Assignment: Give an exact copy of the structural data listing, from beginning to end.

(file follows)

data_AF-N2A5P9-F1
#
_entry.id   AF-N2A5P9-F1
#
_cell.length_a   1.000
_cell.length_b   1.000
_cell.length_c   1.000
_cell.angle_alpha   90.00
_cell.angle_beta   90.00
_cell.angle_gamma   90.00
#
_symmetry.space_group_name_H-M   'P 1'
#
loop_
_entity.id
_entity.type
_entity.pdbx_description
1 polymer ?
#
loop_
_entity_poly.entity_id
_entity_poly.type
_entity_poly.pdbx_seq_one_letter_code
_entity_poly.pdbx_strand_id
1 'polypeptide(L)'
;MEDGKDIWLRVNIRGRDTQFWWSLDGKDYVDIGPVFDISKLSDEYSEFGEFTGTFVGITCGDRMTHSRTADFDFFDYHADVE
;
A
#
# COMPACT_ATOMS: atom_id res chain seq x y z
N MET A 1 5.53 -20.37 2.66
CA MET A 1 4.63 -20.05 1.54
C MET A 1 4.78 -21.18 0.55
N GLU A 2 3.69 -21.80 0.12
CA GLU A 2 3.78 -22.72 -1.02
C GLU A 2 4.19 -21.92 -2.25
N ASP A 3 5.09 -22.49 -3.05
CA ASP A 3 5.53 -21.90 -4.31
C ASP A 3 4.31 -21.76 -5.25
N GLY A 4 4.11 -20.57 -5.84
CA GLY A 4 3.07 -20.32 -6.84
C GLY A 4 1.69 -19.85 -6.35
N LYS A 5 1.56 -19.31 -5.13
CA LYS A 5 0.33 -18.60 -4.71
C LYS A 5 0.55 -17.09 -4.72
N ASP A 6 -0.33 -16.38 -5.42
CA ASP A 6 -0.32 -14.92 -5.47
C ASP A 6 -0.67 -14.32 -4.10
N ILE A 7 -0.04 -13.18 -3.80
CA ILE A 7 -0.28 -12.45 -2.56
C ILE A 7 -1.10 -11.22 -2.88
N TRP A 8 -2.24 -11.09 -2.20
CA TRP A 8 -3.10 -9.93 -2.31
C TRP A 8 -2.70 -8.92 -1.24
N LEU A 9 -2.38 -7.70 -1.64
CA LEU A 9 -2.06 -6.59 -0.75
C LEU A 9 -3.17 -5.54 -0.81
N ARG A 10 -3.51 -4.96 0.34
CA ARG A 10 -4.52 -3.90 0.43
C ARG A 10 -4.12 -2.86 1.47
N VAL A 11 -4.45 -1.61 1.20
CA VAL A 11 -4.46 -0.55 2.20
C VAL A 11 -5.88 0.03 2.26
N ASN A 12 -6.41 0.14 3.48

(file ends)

data_AF-N2A5P9-F1
#
_entry.id   AF-N2A5P9-F1
#
_cell.length_a   1.000
_cell.length_b   1.000
_cell.length_c   1.000
_cell.angle_alpha   90.00
_cell.angle_beta   90.00
_cell.angle_gamma   90.00
#
_symmetry.space_group_name_H-M   'P 1'
#
loop_
_entity.id
_entity.type
_entity.pdbx_description
1 polymer ?
#
loop_
_entity_poly.entity_id
_entity_poly.type
_entity_poly.pdbx_seq_one_letter_code
_entity_poly.pdbx_strand_id
1 'polypeptide(L)'
;MEDGKDIWLRVNIRGRDTQFWWSLDGKDYVDIGPVFDISKLSDEYSEFGEFTGTFVGITCGDRMTHSRTADFDFFDYHADVE
;
A
#
# COMPACT_ATOMS: atom_id res chain seq x y z
N MET A 1 5.53 -20.37 2.66
CA MET A 1 4.63 -20.05 1.54
C MET A 1 4.78 -21.18 0.55
N GLU A 2 3.69 -21.80 0.12
CA GLU A 2 3.78 -22.72 -1.02
C GLU A 2 4.19 -21.92 -2.25
N ASP A 3 5.09 -22.49 -3.05
CA ASP A 3 5.53 -21.90 -4.31
C ASP A 3 4.31 -21.76 -5.25
N GLY A 4 4.11 -20.57 -5.84
CA GLY A 4 3.07 -20.32 -6.84
C GLY A 4 1.69 -19.85 -6.35
N LYS A 5 1.56 -19.31 -5.13
CA LYS A 5 0.33 -18.60 -4.71
C LYS A 5 0.55 -17.09 -4.72
N ASP A 6 -0.33 -16.38 -5.42
CA ASP A 6 -0.32 -14.92 -5.47
C ASP A 6 -0.67 -14.32 -4.10
N ILE A 7 -0.04 -13.18 -3.80
CA ILE A 7 -0.28 -12.45 -2.56
C ILE A 7 -1.10 -11.22 -2.88
N TRP A 8 -2.24 -11.09 -2.20
CA TRP A 8 -3.10 -9.93 -2.31
C TRP A 8 -2.70 -8.92 -1.24
N LEU A 9 -2.38 -7.70 -1.64
CA LEU A 9 -2.06 -6.59 -0.75
C LEU A 9 -3.17 -5.54 -0.81
N ARG A 10 -3.51 -4.96 0.34
CA ARG A 10 -4.52 -3.90 0.43
C ARG A 10 -4.12 -2.86 1.47
N VAL A 11 -4.45 -1.61 1.20
CA VAL A 11 -4.46 -0.55 2.20
C VAL A 11 -5.88 0.03 2.26
N ASN A 12 -6.41 0.14 3.48